Retraction Watch

Tracking retractions as a window into the scientific process

Journal flags two more papers by diabetes researcher who sued to stop retractions (and now has 12)

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A diabetes journal has issued two notices of concern for papers co-authored by a researcher who took another publisher to court after it did the same thing — but ultimately lost.

The notices are for two papers co-authored by Mario Saad — who, after losing his legal battle with the American Diabetes Association, has since accumulated 12 retractions. Both notices — from the journal Diabetologia, published by Springer and the the European Association for the Study of Diabetes (EASD) — say they have alerted Saad to their concerns about some of the images in the papers, and the university where he is based was asked to investigate more than one year ago. Since the journal has not yet received any information from the University of Campinas in Brazil, however, it decided to issue expressions of concern for the two papers.

Here’s the text of the first notice:

On the basis of the recommendation of the EASD’s Scientific Integrity Panel, the Editor-in-Chief is issuing this expression of concern to alert readers to questions about the reliability of some of the data in the article cited above.

In particular it appears that the immunoblots for total IKKβ in Fig. 4g and k of this paper may have been duplicated.

In line with guidelines issued by the Committee on Publication Ethics (COPE), the journal has informed the corresponding author, Mario Saad, of this concern. The author’s response was considered unsatisfactory and the low resolution of the images provided to us prevented further analysis to conclusively confirm or refute this possible duplication. The University of Campinas (São Paulo, Brazil) was asked, in March 2016, to undertake an institutional investigation. As no results from this investigation have been forthcoming this expression of concern is being issued to alert readers to exercise caution when interpreting the content and conclusions of this article. This expression of concern will remain in place until such a time as further evidence is available.

Modulation of gut microbiota by antibiotics improves insulin signalling in high-fat fed mice” has been cited 88 times since it was published in 2012, according to Clarivate Analytics’ Web of Science, formerly part of Thomson Reuters.

Here’s the text of the second notice:

On the basis of the recommendation of the EASD’s Scientific Integrity Panel, the Editor-in-Chief is issuing this expression of concern to alert readers to questions about the reliability of some of the data in the article cited above.

In particular, it appears that the bands for α-tubulin in Fig. 4b are the same as the first three bands for total p70S6K in Fig. 6k in Ropelle ER et al (2008) (A central role for neuronal AMP-activated protein kinase (AMPK) and mammalian target of rapamycin (mTOR) in high-protein diet-induced weight loss. Diabetes 57(3): 594–605. DOI:10.2337/db07-0573).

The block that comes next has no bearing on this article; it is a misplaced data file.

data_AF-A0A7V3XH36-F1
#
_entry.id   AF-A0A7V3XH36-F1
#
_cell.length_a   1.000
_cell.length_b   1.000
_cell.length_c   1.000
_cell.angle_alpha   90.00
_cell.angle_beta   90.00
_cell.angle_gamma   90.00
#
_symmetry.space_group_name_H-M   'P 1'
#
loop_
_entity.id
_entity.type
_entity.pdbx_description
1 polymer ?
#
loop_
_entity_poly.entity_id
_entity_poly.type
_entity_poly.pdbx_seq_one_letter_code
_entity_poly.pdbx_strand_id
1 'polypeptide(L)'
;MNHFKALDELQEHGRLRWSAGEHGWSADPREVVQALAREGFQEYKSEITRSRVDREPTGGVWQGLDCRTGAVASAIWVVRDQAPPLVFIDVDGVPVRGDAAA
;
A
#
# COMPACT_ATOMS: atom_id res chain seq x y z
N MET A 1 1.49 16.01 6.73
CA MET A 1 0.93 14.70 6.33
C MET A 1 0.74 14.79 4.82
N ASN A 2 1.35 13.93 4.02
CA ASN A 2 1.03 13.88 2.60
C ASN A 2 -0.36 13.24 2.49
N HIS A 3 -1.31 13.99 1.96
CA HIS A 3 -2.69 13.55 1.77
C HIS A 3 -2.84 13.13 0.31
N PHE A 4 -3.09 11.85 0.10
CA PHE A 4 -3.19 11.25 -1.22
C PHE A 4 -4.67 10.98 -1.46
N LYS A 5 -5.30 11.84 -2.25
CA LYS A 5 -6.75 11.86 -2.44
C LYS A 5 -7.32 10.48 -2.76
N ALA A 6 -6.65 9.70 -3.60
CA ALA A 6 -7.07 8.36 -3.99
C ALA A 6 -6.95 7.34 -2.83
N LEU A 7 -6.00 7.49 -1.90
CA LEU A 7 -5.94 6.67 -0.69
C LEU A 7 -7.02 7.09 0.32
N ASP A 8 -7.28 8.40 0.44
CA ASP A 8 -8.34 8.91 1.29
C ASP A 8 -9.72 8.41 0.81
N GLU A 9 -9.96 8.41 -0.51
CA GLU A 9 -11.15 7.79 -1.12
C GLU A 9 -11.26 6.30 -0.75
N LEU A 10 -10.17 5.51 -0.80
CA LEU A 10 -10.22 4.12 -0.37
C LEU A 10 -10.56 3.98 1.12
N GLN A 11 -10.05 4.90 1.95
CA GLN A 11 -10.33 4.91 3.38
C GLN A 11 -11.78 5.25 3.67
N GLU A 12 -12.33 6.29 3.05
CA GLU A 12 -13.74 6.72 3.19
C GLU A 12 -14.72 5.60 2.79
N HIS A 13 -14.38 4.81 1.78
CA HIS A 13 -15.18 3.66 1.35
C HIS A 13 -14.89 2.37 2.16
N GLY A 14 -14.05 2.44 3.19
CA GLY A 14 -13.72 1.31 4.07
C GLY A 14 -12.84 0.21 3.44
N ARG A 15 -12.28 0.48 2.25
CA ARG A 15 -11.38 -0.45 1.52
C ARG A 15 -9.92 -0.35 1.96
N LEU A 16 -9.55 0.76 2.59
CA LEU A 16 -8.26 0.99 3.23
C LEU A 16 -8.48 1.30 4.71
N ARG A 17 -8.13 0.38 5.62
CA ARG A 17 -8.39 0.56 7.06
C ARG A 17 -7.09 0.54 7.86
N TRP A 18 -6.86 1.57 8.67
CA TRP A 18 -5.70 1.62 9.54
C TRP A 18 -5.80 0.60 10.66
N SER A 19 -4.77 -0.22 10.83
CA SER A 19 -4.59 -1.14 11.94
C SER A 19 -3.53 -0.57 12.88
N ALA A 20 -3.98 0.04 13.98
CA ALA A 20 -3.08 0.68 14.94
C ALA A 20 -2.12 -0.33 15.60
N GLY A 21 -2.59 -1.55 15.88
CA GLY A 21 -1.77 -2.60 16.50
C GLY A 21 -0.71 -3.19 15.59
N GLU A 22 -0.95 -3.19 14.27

The journal has been unable to obtain the high resolution image used in Ropelle et al from the corresponding author, Dr Carvalheira, and the editorial office of Diabetes no longer had a copy of this image. It has therefore not been possible to use image forensics to conclusively confirm or refute this concern.

In line with guidelines issued by the Committee on Publication Ethics (COPE), the journal has informed the corresponding author, Mario Saad, of this concern. The University of Campinas (São Paulo, Brazil) was asked, in March 2016, to undertake an institutional investigation. As no results from this investigation have been forthcoming this expression of concern is being issued to alert readers to exercise caution when interpreting the content and conclusions of this article. This expression of concern will remain in place until such a time as further evidence is available.

Aspirin attenuates insulin resistance in muscle of diet-induced obese rats by inhibiting inducible nitric oxide synthase production and S-nitrosylation of IRβ/IRS-1 and Akt” has been cited 28 times since it was published in 2009.

The Diabetes paper referenced in the EOC was retracted earlier this year.

We contacted Saad; he acknowledged our email, but did not respond to our questions.

This isn’t the first publisher to question the University of Campinas’s actions regarding Saad — as part of his lawsuit against the American Diabetes Association, it was revealed that the ADA asked the school to reinvestigate four articles that the university had concluded were “healthy,” and refused to accept any papers from its faculty until the issues were resolved. The publisher eventually retracted the papers — earning it the first-ever Doing The Right Thing Award from our co-founders.

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